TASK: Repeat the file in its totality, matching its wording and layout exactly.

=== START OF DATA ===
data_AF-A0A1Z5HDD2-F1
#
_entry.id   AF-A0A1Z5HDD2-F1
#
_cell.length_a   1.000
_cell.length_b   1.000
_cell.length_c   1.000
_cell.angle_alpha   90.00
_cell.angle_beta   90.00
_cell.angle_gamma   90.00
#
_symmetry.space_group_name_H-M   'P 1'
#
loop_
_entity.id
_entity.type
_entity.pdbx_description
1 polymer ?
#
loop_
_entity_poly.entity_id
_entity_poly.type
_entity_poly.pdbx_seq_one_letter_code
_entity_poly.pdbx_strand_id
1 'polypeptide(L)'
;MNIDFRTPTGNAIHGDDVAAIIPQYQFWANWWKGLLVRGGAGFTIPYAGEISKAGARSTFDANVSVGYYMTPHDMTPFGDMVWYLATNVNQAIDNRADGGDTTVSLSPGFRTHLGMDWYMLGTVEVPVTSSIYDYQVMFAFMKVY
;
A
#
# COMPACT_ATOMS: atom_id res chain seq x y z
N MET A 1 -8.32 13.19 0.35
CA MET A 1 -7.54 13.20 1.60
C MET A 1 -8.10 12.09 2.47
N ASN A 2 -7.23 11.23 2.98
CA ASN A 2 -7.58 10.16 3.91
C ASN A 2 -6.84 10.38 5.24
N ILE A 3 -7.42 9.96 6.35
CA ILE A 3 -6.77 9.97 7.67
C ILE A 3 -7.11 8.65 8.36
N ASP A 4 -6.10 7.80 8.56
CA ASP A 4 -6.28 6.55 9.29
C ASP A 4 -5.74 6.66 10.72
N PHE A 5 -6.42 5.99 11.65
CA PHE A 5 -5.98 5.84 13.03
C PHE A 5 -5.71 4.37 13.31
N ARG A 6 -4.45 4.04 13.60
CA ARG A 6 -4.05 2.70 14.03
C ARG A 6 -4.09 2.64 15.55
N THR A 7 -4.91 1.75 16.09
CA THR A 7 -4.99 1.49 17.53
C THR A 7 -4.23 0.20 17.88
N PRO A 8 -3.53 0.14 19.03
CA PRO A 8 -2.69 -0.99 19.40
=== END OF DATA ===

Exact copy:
data_AF-A0A1Z5HDD2-F1
#
_entry.id   AF-A0A1Z5HDD2-F1
#
_cell.length_a   1.000
_cell.length_b   1.000
_cell.length_c   1.000
_cell.angle_alpha   90.00
_cell.angle_beta   90.00
_cell.angle_gamma   90.00
#
_symmetry.space_group_name_H-M   'P 1'
#
loop_
_entity.id
_entity.type
_entity.pdbx_description
1 polymer ?
#
loop_
_entity_poly.entity_id
_entity_poly.type
_entity_poly.pdbx_seq_one_letter_code
_entity_poly.pdbx_strand_id
1 'polypeptide(L)'
;MNIDFRTPTGNAIHGDDVAAIIPQYQFWANWWKGLLVRGGAGFTIPYAGEISKAGARSTFDANVSVGYYMTPHDMTPFGDMVWYLATNVNQAIDNRADGGDTTVSLSPGFRTHLGMDWYMLGTVEVPVTSSIYDYQVMFAFMKVY
;
A
#
# COMPACT_ATOMS: atom_id res chain seq x y z
N MET A 1 -8.32 13.19 0.35
CA MET A 1 -7.54 13.20 1.60
C MET A 1 -8.10 12.09 2.47
N ASN A 2 -7.23 11.23 2.98
CA ASN A 2 -7.58 10.16 3.91
C ASN A 2 -6.84 10.38 5.24
N ILE A 3 -7.42 9.96 6.35
CA ILE A 3 -6.77 9.97 7.67
C ILE A 3 -7.11 8.65 8.36
N ASP A 4 -6.10 7.80 8.56
CA ASP A 4 -6.28 6.55 9.29
C ASP A 4 -5.74 6.66 10.72
N PHE A 5 -6.42 5.99 11.65
CA PHE A 5 -5.98 5.84 13.03
C PHE A 5 -5.71 4.37 13.31
N ARG A 6 -4.45 4.04 13.60
CA ARG A 6 -4.05 2.70 14.03
C ARG A 6 -4.09 2.64 15.55
N THR A 7 -4.91 1.75 16.09
CA THR A 7 -4.99 1.49 17.53
C THR A 7 -4.23 0.20 17.88
N PRO A 8 -3.53 0.14 19.03
CA PRO A 8 -2.69 -0.99 19.40